The Book On A Small Business Merger

Posted by: Stacy Perman on October 12, 2009

What do you get when you pair one independent bookselling legend with another venerable institution? The answer comes in the form of the recent announcement that 115-year-old Vroman’s (based in Pasadena) the oldest indie book store in southern California has signed an agreement to acquire Book Soup, the eclectic 34-year-old West Hollywood indie shop known for its deep stock of inventory and lively readings. For years — even before the Great Recession flattened retail sales in general and book selling in particular — small independent bookstores have had a hard time of it as they’ve navigated a collision course with large chain retailers, Amazon, and even Costco and Wal-Mart. A number of booksellers have gone under. In April, the 20-year-old Cook’s Library in Los Angeles went out of business. Last year, the Bay Area institution Cody’s finally called it a day after more than a half a century, and this past spring, Stacey’s Bookstore, the 85-year-old San Francisco shop, announced it too was shuttering its doors.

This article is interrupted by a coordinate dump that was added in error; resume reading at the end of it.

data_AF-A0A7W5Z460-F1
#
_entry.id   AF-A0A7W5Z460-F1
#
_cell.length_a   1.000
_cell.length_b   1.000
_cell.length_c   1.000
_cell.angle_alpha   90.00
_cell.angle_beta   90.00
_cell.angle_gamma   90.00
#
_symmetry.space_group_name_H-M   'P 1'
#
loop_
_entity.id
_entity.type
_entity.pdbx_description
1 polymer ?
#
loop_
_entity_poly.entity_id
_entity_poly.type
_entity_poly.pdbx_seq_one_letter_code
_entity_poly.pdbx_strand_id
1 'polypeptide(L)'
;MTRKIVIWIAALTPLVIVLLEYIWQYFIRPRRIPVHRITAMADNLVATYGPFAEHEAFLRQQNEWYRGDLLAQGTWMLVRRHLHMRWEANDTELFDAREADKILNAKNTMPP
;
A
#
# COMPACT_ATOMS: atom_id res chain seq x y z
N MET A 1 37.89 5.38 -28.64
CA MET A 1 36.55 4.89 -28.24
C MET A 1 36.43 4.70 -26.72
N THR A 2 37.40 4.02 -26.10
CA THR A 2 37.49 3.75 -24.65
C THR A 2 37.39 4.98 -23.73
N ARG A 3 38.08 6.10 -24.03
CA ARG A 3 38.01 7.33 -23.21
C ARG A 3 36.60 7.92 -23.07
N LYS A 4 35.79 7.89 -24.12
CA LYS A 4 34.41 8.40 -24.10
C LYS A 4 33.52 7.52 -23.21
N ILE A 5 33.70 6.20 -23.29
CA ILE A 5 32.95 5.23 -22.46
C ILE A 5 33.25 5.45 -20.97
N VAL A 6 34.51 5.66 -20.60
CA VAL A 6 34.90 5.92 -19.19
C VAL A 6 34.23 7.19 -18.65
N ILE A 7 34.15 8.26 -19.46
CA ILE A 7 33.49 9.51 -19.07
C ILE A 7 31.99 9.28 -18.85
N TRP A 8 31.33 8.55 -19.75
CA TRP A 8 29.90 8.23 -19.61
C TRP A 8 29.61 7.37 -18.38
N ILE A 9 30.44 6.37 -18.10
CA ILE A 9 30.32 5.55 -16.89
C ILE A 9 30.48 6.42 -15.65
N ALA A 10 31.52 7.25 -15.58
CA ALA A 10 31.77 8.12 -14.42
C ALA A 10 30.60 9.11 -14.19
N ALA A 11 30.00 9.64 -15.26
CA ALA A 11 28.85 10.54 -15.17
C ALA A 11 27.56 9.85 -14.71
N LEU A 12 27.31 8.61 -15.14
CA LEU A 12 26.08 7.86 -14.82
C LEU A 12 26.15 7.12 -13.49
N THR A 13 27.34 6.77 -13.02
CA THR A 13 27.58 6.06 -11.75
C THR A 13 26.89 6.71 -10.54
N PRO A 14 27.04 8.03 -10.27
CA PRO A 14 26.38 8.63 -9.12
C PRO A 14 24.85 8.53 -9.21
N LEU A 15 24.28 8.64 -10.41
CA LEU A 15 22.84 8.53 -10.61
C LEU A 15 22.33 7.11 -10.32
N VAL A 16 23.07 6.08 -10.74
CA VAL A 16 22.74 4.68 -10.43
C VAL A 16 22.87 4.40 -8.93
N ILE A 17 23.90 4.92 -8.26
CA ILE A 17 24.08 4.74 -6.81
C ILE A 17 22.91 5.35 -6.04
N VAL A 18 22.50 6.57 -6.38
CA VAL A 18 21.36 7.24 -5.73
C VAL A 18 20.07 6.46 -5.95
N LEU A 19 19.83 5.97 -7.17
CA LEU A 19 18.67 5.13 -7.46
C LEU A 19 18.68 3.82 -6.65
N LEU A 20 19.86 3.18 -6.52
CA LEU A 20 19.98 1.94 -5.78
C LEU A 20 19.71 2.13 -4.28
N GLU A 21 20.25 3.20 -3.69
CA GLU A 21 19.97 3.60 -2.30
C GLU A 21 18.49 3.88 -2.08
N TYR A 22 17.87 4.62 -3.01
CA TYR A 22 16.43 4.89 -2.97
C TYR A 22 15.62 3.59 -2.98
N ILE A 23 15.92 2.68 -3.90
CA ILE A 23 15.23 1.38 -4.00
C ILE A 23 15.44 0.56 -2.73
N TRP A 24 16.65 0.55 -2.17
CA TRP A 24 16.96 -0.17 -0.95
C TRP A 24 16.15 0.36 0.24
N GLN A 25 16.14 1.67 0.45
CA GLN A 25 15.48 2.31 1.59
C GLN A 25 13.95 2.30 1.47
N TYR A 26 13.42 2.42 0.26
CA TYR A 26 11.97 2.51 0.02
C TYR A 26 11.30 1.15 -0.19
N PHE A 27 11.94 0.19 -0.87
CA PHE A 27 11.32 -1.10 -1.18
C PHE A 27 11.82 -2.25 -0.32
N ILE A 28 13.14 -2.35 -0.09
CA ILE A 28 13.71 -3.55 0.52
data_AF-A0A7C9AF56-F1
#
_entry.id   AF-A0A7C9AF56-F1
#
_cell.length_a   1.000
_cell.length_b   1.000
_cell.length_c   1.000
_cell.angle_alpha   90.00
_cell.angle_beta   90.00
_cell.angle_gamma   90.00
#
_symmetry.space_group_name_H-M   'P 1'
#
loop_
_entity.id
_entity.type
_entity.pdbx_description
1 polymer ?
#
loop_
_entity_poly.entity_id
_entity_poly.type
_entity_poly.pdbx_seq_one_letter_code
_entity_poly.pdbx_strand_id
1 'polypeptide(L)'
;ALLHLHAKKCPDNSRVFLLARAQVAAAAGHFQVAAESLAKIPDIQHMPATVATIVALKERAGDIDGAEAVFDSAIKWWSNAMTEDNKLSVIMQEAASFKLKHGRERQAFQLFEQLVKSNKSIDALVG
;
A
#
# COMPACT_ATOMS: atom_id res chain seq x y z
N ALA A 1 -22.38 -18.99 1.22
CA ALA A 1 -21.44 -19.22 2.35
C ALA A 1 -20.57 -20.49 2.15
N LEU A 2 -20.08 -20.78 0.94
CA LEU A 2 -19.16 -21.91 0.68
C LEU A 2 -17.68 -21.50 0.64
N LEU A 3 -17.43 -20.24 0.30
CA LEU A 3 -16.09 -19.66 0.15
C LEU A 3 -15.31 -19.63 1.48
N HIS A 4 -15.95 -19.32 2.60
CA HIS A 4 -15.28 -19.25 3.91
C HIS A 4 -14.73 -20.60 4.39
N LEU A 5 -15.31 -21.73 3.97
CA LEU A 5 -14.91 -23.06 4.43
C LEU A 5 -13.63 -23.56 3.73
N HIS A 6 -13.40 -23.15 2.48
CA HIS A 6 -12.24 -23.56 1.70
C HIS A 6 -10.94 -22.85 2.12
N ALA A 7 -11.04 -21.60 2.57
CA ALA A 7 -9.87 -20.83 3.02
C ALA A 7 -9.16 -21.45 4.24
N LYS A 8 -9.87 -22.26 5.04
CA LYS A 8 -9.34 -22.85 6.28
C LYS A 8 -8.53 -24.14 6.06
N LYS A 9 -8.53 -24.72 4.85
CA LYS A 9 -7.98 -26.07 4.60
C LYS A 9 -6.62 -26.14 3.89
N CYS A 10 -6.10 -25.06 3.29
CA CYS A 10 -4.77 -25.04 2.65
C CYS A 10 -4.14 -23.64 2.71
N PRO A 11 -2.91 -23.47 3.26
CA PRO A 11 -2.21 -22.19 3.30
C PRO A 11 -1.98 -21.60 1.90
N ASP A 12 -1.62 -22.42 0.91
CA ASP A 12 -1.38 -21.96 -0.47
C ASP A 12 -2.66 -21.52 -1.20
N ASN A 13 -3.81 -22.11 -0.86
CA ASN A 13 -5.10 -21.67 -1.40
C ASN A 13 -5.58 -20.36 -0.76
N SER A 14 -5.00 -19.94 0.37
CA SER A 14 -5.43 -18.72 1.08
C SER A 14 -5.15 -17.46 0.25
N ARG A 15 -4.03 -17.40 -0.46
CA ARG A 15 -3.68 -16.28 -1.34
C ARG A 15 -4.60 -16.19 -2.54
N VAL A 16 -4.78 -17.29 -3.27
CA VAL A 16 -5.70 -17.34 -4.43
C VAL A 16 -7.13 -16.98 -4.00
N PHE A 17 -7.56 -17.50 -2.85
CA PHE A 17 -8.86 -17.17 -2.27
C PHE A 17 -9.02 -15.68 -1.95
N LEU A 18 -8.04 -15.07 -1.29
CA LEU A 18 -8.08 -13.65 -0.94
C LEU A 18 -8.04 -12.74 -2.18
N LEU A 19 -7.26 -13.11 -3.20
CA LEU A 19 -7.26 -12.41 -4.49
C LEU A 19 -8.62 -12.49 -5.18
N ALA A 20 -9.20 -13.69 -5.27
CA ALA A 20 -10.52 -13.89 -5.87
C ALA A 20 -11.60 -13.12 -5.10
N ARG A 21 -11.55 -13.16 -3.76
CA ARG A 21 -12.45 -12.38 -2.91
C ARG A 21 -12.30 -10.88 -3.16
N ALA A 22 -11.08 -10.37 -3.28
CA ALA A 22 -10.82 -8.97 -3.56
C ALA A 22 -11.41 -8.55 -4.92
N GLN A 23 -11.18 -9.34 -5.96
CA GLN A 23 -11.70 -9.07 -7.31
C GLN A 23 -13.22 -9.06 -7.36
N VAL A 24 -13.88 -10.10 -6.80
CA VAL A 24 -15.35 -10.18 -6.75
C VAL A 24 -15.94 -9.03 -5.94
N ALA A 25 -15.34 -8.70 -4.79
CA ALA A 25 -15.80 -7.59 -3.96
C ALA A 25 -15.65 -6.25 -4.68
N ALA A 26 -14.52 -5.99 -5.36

According to the American Booksellers Assn., a trade organization made up of independents, based in Tarrytown, N.Y., in 1993 there were 4,700 indies. Last year, that number had fallen to 1,600. This small business merger offers a bright spot in an otherwise bleak trend and a possible alternative fate to stand alone book sellers across the country.

Reader Comments

Domenick Celentano

October 13, 2009 9:28 AM

Stacy,

This is a fine example of Scalability. Most small businesses exist because the founder has some technical or other skill/interest and has the business to practice that.

So the remaining 1600 memners of the American Booksellers Assn should look at this carefully.

Business models change... too many business get stuck in old, non scalable models.

Small Business needs to embrace the concept of Reboot, Reset and Respond; Running Your Business Today in the New Normal.

Domenick Celentano
Silberman College of Business
Fairleigh Dickinson University
http://managementofsmallbusiness.blogspot.com/

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